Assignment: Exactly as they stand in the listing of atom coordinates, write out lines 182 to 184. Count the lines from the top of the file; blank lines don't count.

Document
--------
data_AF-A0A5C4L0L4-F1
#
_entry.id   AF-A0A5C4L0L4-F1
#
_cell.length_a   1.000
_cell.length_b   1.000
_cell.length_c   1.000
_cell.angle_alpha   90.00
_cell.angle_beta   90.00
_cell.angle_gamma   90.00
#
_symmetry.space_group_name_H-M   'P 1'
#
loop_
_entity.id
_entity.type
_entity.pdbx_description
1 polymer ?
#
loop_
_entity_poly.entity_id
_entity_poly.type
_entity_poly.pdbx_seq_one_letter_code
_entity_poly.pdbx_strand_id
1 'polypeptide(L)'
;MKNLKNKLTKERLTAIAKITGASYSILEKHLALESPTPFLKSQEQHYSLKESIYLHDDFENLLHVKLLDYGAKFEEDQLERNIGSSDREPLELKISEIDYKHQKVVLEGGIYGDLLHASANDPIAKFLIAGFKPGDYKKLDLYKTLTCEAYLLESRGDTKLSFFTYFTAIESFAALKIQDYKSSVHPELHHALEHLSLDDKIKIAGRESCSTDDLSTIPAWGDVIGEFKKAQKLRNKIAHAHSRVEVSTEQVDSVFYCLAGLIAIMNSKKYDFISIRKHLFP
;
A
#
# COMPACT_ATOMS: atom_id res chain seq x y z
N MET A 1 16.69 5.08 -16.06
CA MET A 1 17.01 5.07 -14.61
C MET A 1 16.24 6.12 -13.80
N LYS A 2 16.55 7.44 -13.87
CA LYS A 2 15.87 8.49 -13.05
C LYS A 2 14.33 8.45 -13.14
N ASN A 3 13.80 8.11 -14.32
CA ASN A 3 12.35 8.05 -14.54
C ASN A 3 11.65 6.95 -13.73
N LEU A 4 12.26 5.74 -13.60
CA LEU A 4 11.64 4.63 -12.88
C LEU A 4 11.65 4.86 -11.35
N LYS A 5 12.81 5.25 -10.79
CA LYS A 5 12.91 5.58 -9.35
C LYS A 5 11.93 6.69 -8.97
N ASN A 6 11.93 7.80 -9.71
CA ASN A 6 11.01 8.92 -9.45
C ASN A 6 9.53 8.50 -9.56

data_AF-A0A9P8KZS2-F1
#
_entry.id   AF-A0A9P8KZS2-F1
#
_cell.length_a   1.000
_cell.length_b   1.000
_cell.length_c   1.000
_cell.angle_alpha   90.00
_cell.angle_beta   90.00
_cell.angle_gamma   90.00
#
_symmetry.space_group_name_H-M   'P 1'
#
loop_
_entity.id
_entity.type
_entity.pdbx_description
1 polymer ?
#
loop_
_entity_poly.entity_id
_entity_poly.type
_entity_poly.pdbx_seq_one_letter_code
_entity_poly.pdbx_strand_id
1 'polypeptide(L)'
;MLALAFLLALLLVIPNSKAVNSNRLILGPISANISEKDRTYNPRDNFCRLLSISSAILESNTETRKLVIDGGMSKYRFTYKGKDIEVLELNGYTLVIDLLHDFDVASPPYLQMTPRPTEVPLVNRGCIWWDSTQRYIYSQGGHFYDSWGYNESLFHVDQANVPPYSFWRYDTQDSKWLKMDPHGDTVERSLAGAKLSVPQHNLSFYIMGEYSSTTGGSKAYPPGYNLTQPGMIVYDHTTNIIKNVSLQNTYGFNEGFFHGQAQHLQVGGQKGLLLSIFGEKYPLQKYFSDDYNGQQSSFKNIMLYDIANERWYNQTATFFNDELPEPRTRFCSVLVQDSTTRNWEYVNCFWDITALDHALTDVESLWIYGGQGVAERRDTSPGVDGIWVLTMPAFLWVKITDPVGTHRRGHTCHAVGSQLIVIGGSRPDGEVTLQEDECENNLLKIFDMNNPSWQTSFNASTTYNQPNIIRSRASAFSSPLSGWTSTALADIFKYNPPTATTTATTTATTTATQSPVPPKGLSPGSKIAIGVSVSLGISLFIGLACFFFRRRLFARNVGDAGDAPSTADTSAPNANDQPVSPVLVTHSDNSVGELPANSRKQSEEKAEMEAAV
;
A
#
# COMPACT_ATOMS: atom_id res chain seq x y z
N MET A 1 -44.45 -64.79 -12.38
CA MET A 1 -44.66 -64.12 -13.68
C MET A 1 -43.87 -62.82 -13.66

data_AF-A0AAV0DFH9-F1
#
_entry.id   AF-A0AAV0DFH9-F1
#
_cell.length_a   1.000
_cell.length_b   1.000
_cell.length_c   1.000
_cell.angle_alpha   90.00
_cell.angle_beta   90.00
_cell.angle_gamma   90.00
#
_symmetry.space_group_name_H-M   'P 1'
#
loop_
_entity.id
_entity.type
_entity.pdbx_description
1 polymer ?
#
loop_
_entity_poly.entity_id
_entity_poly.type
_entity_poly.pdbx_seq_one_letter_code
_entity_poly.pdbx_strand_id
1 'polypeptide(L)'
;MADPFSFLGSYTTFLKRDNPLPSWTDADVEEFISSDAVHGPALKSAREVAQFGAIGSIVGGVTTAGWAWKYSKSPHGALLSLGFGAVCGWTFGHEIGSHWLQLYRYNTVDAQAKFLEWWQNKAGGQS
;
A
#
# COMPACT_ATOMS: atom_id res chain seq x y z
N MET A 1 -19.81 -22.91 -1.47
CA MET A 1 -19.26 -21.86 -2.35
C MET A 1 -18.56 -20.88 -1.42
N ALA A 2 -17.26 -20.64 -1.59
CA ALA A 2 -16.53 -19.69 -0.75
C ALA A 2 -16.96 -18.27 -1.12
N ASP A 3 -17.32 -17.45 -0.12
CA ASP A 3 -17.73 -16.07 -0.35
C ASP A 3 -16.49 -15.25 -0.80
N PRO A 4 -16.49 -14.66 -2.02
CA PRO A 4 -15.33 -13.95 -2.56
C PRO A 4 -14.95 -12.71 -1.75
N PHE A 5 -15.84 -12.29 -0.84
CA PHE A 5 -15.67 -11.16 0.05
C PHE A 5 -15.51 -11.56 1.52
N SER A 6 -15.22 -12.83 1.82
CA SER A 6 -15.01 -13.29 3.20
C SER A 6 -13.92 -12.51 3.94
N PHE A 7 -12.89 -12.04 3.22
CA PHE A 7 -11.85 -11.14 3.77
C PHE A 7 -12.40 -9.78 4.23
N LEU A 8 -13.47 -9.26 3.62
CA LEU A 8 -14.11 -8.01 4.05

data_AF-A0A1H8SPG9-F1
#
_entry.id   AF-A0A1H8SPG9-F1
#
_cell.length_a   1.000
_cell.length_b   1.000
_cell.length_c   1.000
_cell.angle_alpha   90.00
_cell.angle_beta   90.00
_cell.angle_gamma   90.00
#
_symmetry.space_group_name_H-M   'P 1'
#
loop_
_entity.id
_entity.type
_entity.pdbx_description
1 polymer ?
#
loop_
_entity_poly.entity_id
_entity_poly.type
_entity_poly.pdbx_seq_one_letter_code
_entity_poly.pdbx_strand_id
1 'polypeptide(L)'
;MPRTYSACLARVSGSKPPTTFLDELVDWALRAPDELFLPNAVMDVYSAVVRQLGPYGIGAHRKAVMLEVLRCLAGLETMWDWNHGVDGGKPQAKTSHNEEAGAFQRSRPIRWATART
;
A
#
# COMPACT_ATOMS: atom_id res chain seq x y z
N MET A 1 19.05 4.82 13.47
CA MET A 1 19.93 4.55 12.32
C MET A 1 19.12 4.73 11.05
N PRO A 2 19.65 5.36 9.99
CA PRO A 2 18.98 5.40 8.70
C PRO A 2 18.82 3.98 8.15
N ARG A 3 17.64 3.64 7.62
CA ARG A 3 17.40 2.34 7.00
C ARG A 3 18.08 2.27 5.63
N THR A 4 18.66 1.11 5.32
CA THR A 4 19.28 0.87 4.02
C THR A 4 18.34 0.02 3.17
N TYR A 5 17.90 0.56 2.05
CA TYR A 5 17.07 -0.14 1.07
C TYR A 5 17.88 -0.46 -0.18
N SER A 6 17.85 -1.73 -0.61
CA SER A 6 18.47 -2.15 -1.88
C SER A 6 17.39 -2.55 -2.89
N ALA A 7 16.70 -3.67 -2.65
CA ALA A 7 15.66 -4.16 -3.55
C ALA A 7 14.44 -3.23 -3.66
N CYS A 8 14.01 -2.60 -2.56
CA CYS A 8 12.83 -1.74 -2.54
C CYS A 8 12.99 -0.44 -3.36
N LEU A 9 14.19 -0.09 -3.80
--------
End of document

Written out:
C SER A 6 17.39 -2.55 -2.89
N ALA A 7 16.70 -3.67 -2.65
CA ALA A 7 15.66 -4.16 -3.55